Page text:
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NASA finded the 'Lost Galaxy' shining out of Virgo's bosom By Brandon Specktor

 NASA finded the 'Lost Galaxy' shining out of Virgo's bosom By Brandon Spector.

Animated photo of galaxy

This misty spiral galaxy is the largest in the Virgo cluster - a collection of over 2,000 galaxies.

In the 1950s, when amateur astronomer Leyland S. When Copeland first fixed his telescope lens on a distant galaxy in the Virgo constellation, he saw a terrifying spiral submerged in dust. 

Copeland - who was a professional poet fond of writing about the universe - gave a name to the spiral "The Lost Galaxy", which has stuck around 70 years later.

Low-poetic scientists know this galaxy as NGC 4535, one of the largest galaxies out of 2,000 in the Virgo cluster located about 50 million light years from Earth

When viewed through NASA's Hubble Space Telescope, which captured the astonishing image above, the mist that lost Copeland's Lost Galaxy disappeared to reveal a vibrant sea of ​​stars no different from the Milky Way Has gone.

Like our home galaxy, The Lost Galaxy is a forbidden spiral galaxy: a vast swirl of stars with a different bar structure at its center. According to NASA, the colors of those stars can tell us a little about the history of the galaxy.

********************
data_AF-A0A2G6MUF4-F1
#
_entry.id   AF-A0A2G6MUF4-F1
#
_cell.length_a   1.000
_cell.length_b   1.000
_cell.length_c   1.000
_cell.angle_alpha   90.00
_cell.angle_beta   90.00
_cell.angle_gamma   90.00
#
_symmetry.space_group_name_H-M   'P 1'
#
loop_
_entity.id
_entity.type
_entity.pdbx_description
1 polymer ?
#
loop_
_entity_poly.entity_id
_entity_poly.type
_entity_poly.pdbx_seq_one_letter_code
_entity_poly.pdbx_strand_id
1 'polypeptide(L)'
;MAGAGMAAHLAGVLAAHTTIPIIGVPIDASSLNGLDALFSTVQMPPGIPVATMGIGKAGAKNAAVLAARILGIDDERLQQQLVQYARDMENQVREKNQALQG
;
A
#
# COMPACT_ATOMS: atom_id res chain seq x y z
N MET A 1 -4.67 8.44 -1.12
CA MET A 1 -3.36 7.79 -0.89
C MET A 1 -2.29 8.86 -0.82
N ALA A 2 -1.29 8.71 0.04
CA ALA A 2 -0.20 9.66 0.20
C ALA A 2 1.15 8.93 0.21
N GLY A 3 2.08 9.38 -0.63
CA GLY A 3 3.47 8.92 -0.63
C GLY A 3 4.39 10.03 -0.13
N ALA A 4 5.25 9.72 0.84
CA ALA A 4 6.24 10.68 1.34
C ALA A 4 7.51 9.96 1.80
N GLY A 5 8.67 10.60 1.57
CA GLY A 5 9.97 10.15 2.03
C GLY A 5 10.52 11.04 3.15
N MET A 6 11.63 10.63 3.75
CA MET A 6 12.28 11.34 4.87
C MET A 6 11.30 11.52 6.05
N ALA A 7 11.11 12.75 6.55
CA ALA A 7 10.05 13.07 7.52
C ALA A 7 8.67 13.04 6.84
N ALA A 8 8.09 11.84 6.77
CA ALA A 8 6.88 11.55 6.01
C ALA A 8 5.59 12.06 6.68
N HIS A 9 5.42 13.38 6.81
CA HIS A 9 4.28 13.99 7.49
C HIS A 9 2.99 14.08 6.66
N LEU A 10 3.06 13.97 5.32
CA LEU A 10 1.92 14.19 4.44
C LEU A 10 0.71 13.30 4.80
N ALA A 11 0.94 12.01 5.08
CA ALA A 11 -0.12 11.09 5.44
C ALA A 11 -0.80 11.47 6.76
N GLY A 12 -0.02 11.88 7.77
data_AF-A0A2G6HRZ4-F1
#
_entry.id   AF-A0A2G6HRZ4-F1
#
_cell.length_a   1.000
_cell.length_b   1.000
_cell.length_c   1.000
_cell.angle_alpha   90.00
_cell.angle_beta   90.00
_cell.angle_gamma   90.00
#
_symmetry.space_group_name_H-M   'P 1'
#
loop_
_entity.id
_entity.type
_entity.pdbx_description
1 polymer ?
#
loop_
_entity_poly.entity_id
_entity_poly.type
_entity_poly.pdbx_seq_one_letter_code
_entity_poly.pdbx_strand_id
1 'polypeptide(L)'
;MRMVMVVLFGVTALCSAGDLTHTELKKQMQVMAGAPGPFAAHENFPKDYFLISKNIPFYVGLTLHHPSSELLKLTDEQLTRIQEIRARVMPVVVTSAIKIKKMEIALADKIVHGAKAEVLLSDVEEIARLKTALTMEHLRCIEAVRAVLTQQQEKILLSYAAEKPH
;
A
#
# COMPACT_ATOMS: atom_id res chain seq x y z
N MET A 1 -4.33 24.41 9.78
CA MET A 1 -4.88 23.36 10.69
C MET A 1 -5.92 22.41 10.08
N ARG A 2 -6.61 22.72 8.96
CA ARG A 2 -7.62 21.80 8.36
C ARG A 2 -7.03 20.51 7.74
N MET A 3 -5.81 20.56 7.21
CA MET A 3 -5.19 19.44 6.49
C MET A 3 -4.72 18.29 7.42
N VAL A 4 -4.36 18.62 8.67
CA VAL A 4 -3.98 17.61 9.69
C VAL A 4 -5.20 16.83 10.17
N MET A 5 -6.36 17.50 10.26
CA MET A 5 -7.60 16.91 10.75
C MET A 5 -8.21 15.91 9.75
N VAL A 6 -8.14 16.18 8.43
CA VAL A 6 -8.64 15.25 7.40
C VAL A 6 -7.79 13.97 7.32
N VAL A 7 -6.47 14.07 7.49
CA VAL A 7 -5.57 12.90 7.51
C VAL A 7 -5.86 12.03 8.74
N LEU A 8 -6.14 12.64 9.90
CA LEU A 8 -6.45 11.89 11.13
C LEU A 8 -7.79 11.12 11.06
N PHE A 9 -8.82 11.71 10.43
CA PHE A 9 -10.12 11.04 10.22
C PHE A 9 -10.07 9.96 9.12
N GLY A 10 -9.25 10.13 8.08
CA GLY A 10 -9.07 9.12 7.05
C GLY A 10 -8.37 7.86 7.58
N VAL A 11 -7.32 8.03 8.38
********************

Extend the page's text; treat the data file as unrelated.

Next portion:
The yellow glow of the galaxy's central bulge pointed to the oldest, coldest retinue stars of the Lost Galaxy, NASA representatives wrote in a statement; Meanwhile, the spiral arms of the Milky Way show bright blue clouds together, where its smallest, smallest stars converge, which ignite the gas and blow dust around them.

Today, The Lost Galaxy is not difficult to find (especially for temporary observatories like Hubble). In fact, its long, elegant arms make it a prime candidate for studying the structure of spiral galaxies. 

NASA released the image above on January 11 as part of a survey of 38 spiral galaxies located within 75 million light years of Earth. You can see some equally stunning images of other spiral galaxies nearby from the survey - known as Physics in High Angular Resolution in the Nearby Galaxy (PHANGS) survey on the project's website.





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